Students describe the conditions under which the Constitution was written. They explain the purpose of the first three articles of the Constitution. They represent the three branches of government through a graphic organizer. They identify his/her state senator, governor and local representative and describe how they contribute to the common good.
How are disasters addressed by the Federal Government? This New York Times lesson, based on the article "Disaster Aid: The Mix of Mercy and Politics," prompts middle schoolers to discuss the idea of using a disaster declaration as a political tool. After evaluating the claims in the article, they conduct additional research and write an essay expressing their opinion about disasters and their link to politics. Focus on finding the central idea of the text to ease comprehension.
Young scholars discuss key business and consumer indicators that are used to measure the health of the economy. They compare the economic recovery (from the 2001 recession) of Utah and the United States. They discuss the benefits and hazards of federal government expenditures during economic downturns.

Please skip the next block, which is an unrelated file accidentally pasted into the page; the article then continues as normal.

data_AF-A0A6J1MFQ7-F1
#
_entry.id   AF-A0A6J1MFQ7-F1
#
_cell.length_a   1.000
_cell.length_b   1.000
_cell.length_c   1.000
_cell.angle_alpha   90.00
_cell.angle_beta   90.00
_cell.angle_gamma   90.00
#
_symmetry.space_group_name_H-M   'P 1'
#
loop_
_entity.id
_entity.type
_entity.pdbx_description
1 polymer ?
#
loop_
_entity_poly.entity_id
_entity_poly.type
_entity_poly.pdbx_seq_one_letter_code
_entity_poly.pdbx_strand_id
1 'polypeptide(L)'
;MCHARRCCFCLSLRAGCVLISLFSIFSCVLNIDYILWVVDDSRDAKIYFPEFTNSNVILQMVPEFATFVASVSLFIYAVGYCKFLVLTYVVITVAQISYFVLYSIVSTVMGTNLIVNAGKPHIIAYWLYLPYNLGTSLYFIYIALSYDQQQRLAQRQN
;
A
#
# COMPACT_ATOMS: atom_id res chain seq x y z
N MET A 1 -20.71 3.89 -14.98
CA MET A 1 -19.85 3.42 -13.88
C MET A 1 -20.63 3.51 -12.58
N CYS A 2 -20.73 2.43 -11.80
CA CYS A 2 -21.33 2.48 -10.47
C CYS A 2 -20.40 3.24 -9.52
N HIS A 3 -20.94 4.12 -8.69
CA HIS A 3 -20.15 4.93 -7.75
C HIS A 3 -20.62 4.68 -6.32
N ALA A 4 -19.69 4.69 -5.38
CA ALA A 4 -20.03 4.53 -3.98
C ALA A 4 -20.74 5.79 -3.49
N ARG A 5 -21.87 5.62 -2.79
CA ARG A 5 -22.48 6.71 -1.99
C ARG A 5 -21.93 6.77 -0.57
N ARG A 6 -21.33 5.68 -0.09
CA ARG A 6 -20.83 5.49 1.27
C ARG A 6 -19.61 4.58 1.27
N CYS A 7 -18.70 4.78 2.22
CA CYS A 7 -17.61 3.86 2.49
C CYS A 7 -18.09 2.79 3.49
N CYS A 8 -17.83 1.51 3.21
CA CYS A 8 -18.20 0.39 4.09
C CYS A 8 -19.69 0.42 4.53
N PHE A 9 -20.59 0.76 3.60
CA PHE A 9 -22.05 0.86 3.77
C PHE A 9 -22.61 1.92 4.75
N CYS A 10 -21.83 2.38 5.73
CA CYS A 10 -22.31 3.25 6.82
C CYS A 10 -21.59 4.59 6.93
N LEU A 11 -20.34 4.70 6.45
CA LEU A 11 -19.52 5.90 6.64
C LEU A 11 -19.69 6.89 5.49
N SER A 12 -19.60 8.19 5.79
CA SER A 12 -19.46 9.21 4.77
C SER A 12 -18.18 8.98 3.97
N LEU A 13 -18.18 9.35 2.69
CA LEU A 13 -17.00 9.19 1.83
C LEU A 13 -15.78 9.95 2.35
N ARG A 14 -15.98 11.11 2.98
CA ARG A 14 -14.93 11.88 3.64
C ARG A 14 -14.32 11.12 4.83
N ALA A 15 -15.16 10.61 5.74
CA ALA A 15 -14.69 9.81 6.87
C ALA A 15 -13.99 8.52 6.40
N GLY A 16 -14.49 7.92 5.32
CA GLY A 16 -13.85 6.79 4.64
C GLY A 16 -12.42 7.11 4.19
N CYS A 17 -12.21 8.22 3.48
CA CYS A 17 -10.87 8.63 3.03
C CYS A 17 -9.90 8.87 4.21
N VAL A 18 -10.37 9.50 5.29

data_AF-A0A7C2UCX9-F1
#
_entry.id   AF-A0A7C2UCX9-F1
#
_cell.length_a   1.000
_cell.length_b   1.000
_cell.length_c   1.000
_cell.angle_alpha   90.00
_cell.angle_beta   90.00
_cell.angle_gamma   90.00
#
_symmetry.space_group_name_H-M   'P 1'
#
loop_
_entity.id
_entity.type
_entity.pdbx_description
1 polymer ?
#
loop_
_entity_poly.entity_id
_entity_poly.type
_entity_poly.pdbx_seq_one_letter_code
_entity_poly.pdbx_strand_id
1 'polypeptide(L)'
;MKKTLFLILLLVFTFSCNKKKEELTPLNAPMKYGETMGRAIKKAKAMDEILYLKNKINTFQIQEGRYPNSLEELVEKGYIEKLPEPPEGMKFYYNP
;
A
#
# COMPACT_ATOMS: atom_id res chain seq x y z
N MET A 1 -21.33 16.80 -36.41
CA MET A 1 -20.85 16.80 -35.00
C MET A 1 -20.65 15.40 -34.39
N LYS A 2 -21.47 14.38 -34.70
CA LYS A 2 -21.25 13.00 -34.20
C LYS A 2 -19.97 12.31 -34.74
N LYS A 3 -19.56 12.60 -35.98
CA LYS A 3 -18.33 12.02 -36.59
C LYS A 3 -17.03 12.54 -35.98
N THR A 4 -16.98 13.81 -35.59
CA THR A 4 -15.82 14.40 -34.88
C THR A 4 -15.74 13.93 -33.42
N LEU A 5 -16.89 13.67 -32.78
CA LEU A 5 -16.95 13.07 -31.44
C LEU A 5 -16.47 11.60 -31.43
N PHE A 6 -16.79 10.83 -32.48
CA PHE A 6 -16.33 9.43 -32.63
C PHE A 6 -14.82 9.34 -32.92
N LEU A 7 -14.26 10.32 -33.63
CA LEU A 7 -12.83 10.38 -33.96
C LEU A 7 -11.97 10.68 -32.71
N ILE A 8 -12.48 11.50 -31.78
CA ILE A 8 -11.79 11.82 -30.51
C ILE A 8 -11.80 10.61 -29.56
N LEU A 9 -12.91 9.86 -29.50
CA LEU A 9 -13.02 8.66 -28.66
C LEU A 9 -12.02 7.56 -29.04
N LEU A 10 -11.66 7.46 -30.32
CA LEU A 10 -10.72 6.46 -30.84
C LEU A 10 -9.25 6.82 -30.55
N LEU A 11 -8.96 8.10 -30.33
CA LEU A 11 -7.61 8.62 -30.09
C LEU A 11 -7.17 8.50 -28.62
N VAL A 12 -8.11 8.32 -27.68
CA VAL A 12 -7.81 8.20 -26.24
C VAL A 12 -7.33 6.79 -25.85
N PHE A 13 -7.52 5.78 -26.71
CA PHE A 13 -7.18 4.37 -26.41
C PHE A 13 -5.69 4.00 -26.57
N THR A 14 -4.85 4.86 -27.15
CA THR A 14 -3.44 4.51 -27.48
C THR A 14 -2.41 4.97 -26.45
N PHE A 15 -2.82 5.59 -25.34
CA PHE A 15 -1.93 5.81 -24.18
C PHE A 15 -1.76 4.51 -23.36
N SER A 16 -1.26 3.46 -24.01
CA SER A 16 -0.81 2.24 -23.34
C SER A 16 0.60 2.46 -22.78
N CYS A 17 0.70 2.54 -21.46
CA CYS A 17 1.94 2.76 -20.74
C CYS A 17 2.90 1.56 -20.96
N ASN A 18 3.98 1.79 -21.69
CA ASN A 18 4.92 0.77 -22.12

Students explore and identify the power of national and state governments. They discuss the concept of federalism and the distribution of governmental powers. As a class, they examine the balance of power between the federal and state governments.
Students identify the powers of national and state governments. They evaluate the balance of national versus state power. They utilize worksheets imbedded in this plan to gain a deeper perspective of how the government powers are separated.
Students complete practice problems dealing with changes in required reserves, excess reserves (loanable funds), and the money supply. They role-play in scenarios in which they must decide upon the appropriate federal policy. They research the economic conditions for a specific region of the country and propose federal policies that would improve economic conditions.